This home had the most spectacular view of Mt. Hood.
Perhaps I find beauty in decay. Maybe I’m fascinated by history. Even more so, perhaps I’m just compelled to document what’s disappearing from our state or already gone. Each property begs the questions: What did people do here? What were their lives like? Why did they leave?
Since 2013 I’ve been traveling and documenting, and this is a collection of favorite images I’ve taken over the years. Some of these places have already been demolished, lost to fire, or destroyed by high winds. The lucky ones are still standing proudly. As a photographer, I do not condone trespassing. Everyone has a duty to respect the age of these structures, potential dangers, and uphold
Leave No Trace practices.
Take only photos, leave only footprints.
The Carson homestead, Grant County, Oregon.
An abandoned schoolhouse in Columbia County, Oregon.
Graffiti lines the walls of an old concrete structure that once was part of a mill complex.
The old juxtaposes with the new. This house was once part of a stop along the Oregon Trail. Now it sits on a wind farm in Central Oregon.
The beautifully-dovetailed Schoolteacher’s Cabin, Wasco County, Oregon. Multitudes of daffodils bloom around the property during the springtime.
Once a general merchandise store, now a popular stop for cyclists in the Willamette Valley.
The Portland Gas & Coke building before demolition in 2015.
This old peach-painted farmhouse still stands in Yamhill County.
Treasures of humanity can sometimes be found amongst the decay.
The calendar had been hanging in this same spot on the wall since 1973.
The Millican Store has been sitting abandoned for years along Hwy. 20 in Eastern Oregon.
At one time in the near distant past, this building was part of an old stage stop on the way to Sisters, Oregon.
The old Heesaker House of Forest Grove. The home finally succumbed to a wind storm one night, late in 2014, and is no longer standing.
This home sits on a Columbia River floodplain…likely the reason it was eventually abandoned.
This structure was likely a hotel servicing miners long ago in Cornucopia, NE Oregon.
The Willamette Valley house containing this old piano was demolished a few years ago, likely due to trespassing and the fact that it was purportedly haunted. O_o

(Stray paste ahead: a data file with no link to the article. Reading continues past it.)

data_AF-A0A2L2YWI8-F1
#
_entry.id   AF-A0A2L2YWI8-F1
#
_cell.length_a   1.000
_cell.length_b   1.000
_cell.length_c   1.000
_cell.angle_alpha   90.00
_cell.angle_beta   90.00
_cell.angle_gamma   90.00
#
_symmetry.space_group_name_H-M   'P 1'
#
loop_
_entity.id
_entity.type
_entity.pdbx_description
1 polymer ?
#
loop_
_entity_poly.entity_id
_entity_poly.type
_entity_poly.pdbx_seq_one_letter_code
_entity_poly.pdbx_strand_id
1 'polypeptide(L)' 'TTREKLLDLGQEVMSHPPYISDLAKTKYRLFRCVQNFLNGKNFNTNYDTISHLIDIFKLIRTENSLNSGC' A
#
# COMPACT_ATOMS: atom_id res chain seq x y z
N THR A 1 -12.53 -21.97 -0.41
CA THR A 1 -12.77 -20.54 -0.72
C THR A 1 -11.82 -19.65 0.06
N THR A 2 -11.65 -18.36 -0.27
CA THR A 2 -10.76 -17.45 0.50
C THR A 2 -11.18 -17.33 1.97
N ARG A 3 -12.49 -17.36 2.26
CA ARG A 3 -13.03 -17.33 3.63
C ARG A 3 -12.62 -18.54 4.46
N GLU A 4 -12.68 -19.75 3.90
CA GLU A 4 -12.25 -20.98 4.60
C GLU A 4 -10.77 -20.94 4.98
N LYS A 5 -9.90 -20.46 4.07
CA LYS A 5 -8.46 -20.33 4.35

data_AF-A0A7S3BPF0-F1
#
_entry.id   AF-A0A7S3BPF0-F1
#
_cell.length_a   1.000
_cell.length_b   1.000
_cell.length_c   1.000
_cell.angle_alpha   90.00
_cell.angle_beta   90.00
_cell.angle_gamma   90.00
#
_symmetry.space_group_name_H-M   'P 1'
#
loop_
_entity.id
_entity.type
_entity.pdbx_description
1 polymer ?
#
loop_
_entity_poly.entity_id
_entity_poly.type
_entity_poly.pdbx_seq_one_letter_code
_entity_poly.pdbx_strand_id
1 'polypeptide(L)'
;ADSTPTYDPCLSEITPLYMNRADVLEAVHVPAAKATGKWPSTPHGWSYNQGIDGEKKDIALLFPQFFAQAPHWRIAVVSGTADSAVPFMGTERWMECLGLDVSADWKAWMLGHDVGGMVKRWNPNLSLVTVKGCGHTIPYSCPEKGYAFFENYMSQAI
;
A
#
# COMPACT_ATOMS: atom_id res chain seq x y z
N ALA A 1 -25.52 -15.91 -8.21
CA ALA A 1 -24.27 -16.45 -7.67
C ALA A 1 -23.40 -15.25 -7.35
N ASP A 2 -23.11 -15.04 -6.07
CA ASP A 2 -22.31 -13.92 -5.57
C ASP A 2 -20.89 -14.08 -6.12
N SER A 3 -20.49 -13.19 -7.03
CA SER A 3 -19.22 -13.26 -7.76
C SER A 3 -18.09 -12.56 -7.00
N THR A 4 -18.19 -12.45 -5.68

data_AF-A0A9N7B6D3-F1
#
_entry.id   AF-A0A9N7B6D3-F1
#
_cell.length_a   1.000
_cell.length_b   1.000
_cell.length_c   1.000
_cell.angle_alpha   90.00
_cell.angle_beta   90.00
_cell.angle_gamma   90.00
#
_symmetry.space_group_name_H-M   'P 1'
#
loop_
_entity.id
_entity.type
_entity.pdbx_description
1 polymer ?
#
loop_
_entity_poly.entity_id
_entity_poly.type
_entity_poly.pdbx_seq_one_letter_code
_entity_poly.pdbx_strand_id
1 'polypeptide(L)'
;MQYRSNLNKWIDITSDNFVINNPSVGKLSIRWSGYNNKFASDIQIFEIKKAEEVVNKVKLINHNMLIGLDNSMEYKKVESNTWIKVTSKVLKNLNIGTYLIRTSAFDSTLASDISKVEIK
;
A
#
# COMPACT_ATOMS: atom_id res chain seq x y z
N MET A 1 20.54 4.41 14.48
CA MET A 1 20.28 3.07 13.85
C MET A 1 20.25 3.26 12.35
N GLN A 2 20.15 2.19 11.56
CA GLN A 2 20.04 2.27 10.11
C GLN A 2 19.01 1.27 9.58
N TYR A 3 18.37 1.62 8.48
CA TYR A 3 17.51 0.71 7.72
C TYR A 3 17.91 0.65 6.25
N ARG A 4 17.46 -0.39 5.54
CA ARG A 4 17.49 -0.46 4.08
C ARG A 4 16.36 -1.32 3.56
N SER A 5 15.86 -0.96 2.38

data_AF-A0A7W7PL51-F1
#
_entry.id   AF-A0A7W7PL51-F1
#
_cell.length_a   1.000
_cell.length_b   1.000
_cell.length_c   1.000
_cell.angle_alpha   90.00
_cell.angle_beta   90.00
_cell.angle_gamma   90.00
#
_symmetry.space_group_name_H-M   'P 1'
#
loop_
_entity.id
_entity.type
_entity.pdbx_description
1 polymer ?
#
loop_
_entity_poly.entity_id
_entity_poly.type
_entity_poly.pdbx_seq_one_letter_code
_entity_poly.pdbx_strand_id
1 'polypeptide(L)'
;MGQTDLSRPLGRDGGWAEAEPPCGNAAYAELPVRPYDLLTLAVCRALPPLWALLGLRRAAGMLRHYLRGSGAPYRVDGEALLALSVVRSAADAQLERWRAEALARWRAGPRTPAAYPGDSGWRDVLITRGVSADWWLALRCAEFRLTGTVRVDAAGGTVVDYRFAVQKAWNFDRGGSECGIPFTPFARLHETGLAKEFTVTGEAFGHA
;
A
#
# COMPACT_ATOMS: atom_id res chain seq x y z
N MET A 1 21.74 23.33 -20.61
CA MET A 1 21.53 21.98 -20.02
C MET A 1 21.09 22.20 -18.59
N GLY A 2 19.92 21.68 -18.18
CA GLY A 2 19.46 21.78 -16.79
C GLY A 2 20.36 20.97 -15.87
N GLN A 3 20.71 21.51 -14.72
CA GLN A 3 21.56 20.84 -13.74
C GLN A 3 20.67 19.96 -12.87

An old homestead in Baker County, Oregon.
A beautiful old Gilliam County farmhouse.
Shelburn is considered a ghost town today, but at one time it was a thriving stop along the railroad in Linn County. This is one of the first abandoned houses I ever photographed and sadly no longer stands today.
I fell in love with this rural Marion County home from the moment I saw it. Today it has been purchased to be moved, restored, loved, and lived in again.
Fairview Training Center was a place to send the disabled and infirm. Many horror stories have arisen over the years, and the entire complex that stood in Salem, completely demolished. “1908” was an administration building on the property.
The colors in this Eastern Oregon farmhouse were vibrant, cheerful, and extraordinary. I got the overwhelming sense that life was wonderful here.
Sparta is a ghost town that’s a loooooong way off the beaten bath in NE Oregon.
The Italianate architecture of this home was likely beautiful in its heyday. It was the first home in the Willamette Valley to have gas-lighting installed, but was sadly razed a few years back.
Upon entering this old farmhouse, I was shocked to find that the electricity was still on and the ceiling fan was spinning. Eerie, to say the least!
When the famous Charles Nelson House of Wasco County burned to the ground during the Dalles Substation Fire, I mourned. Here it is in better days, surrounded by yellow fields. Scroll to the end of the article to watch on OPB as I become the last person to ever photograph the inside of the Nelson House.
An old Ford Model A rusts away under Grant County snowfall.
Who slept here?
The Captain George Conrad Flavel House, Astoria, Oregon.
Even the railroad is abandoned in this Clatsop County ghost town. The structure used to be a general store.
The abandoned Homestead Schoolhouse.
Dundee Substation, a vestige of the old Oregon Electric Railroad.
I leave you with the most spectacular view of Mt. Hood.